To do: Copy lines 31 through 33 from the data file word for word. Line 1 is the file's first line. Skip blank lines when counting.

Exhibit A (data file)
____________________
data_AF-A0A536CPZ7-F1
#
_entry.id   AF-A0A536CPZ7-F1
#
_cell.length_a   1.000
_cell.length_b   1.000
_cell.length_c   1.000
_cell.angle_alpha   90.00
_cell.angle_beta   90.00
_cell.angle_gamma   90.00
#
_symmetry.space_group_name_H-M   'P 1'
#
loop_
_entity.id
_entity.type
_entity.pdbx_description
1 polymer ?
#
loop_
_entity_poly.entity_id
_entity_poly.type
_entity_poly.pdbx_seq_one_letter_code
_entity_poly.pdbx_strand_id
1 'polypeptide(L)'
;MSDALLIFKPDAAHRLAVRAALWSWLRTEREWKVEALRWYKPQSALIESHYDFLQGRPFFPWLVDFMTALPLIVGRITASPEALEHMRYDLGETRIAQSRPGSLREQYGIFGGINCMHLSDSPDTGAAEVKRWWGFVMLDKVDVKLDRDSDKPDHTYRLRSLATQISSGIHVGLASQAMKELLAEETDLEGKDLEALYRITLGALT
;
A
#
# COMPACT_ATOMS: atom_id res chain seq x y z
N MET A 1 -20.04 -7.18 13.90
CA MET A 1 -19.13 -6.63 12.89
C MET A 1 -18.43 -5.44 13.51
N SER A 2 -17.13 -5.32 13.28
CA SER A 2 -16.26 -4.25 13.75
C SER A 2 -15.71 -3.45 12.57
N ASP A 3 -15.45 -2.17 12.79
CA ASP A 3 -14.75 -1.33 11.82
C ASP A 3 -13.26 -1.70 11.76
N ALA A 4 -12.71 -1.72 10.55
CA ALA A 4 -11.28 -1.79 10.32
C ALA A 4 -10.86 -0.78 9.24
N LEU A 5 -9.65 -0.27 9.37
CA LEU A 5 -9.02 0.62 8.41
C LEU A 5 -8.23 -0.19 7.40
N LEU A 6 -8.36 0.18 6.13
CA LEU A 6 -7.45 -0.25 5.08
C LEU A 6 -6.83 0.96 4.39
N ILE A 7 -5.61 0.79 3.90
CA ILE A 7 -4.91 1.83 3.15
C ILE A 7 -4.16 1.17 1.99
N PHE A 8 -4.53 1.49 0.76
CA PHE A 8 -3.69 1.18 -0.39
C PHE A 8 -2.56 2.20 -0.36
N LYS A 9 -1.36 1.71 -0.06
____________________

N MET A 1 -20.04 -7.18 13.90
CA MET A 1 -19.13 -6.63 12.89
C MET A 1 -18.43 -5.44 13.51